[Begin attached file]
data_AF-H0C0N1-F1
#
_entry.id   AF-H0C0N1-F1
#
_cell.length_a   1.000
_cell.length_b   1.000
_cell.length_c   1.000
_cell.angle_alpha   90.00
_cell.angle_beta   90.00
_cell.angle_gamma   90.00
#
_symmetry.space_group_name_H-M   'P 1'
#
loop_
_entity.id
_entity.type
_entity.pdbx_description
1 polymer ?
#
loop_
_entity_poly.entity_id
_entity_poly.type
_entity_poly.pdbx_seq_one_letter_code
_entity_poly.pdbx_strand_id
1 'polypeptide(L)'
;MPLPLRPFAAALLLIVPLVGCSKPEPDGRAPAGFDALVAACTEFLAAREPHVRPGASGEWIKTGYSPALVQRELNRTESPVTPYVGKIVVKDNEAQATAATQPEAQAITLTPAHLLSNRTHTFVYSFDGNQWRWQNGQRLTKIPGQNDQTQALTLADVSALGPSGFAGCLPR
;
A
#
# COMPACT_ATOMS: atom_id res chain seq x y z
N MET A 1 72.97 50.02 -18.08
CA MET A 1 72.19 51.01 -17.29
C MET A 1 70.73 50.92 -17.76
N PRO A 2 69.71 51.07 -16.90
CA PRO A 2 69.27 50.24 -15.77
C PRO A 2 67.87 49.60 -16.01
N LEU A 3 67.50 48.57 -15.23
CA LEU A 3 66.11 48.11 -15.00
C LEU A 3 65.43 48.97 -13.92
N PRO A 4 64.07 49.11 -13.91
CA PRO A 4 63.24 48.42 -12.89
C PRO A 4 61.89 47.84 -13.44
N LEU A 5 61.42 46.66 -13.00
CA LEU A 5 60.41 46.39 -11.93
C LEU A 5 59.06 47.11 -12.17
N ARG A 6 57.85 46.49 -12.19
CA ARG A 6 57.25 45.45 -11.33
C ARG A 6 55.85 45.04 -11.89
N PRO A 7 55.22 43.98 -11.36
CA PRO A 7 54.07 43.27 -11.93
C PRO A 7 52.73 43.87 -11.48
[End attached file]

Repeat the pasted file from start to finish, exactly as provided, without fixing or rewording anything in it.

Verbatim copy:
data_AF-H0C0N1-F1
#
_entry.id   AF-H0C0N1-F1
#
_cell.length_a   1.000
_cell.length_b   1.000
_cell.length_c   1.000
_cell.angle_alpha   90.00
_cell.angle_beta   90.00
_cell.angle_gamma   90.00
#
_symmetry.space_group_name_H-M   'P 1'
#
loop_
_entity.id
_entity.type
_entity.pdbx_description
1 polymer ?
#
loop_
_entity_poly.entity_id
_entity_poly.type
_entity_poly.pdbx_seq_one_letter_code
_entity_poly.pdbx_strand_id
1 'polypeptide(L)'
;MPLPLRPFAAALLLIVPLVGCSKPEPDGRAPAGFDALVAACTEFLAAREPHVRPGASGEWIKTGYSPALVQRELNRTESPVTPYVGKIVVKDNEAQATAATQPEAQAITLTPAHLLSNRTHTFVYSFDGNQWRWQNGQRLTKIPGQNDQTQALTLADVSALGPSGFAGCLPR
;
A
#
# COMPACT_ATOMS: atom_id res chain seq x y z
N MET A 1 72.97 50.02 -18.08
CA MET A 1 72.19 51.01 -17.29
C MET A 1 70.73 50.92 -17.76
N PRO A 2 69.71 51.07 -16.90
CA PRO A 2 69.27 50.24 -15.77
C PRO A 2 67.87 49.60 -16.01
N LEU A 3 67.50 48.57 -15.23
CA LEU A 3 66.11 48.11 -15.00
C LEU A 3 65.43 48.97 -13.92
N PRO A 4 64.07 49.11 -13.91
CA PRO A 4 63.24 48.42 -12.89
C PRO A 4 61.89 47.84 -13.44
N LEU A 5 61.42 46.66 -13.00
CA LEU A 5 60.41 46.39 -11.93
C LEU A 5 59.06 47.11 -12.17
N ARG A 6 57.85 46.49 -12.19
CA ARG A 6 57.25 45.45 -11.33
C ARG A 6 55.85 45.04 -11.89
N PRO A 7 55.22 43.98 -11.36
CA PRO A 7 54.07 43.27 -11.93
C PRO A 7 52.73 43.87 -11.48